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AHR / Speed as fitness indicator (Read 109 times)


Evolving body parts

    Okay, I remember doing MAF tests on a track a while back. Then again, you can't have the same conditions for these tests either.

      I'd even suggest that focusing too much on outside numbers can prolong the perceived effort learning curve.

       

      +1, I got my first GPS/HRM watch for this fall since I was planning on doing more road workouts now that I'm out of college.  All the extra data did was confirm everything that I was "feeling" from perceived effort.  i.e. I picked up this portion of a run, I was working extra hard to hit this interval etc.

       

      I guess what I'm trying to say is if you practice listening to your body, you can get all the feedback you need, and like in education, that data is more useful if you can figure it out yourself, rather than having something/someone tell you.  (Yes it does take a while to learn how to listen)

      In Soviet Russia, Burger eats you!

       

        I too don't run many races as my Saturdays and many Sunday mornings are not available as long as the kids are swimming (which is the foreseeable future).  In this case I think, learning perceived effort and seeing if I am getting better at the said effort is more valuable since I don't have that feedback from the best fitness predictor out there - which is races.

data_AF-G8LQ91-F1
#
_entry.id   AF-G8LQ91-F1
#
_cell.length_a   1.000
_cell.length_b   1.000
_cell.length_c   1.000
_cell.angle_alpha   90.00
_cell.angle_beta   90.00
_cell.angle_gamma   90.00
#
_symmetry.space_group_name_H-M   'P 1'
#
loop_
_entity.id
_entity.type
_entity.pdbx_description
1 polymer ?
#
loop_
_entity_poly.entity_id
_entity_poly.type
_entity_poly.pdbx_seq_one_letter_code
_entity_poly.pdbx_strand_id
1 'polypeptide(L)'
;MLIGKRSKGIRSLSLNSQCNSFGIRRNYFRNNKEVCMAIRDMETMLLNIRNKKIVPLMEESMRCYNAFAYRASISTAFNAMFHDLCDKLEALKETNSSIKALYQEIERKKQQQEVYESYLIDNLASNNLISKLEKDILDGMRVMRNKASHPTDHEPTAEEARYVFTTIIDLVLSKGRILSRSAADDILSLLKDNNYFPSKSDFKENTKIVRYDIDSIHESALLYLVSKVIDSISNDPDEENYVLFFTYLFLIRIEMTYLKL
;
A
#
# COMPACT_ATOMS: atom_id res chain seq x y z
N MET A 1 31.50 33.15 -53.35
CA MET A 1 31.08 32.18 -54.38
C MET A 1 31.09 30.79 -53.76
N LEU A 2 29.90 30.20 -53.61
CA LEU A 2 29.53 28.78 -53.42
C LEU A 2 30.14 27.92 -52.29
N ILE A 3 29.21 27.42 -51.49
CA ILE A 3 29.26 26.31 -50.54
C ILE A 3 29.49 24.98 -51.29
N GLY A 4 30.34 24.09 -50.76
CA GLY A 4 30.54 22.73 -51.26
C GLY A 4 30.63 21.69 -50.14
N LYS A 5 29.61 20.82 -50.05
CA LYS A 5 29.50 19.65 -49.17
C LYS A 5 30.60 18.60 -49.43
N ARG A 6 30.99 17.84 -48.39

One reason my PR's are stuck for the past 3 years is because I have not run many races during this period.

         

        Used a HRM for a while this summer as the running was feeling extra labored even on short 4 mile runs and wanted to see if I really lost that much fitness in the two months I took off.  Once confirmed that my HR is not much higher, but the perceived effort was definitely higher maybe due to the time off or the July temps or whatever, I stopped using the HRM as I am lazy and searching for the equipment is a chore I don't want to be bothered with Smile, but can totally understand how someone can be motivated by seeing extra data.


        Sultan of slug

          Time to throw another wrench in your gears: Heart rate varies tremendously throughout the day, even given a constant effort:

          http://www.nytimes.com/2009/12/10/health/nutrition/10best.html?pagewanted=all

            Time to throw another wrench in your gears: Heart rate varies tremendously throughout the day, even given a constant effort:

            http://www.nytimes.com/2009/12/10/health/nutrition/10best.html?pagewanted=all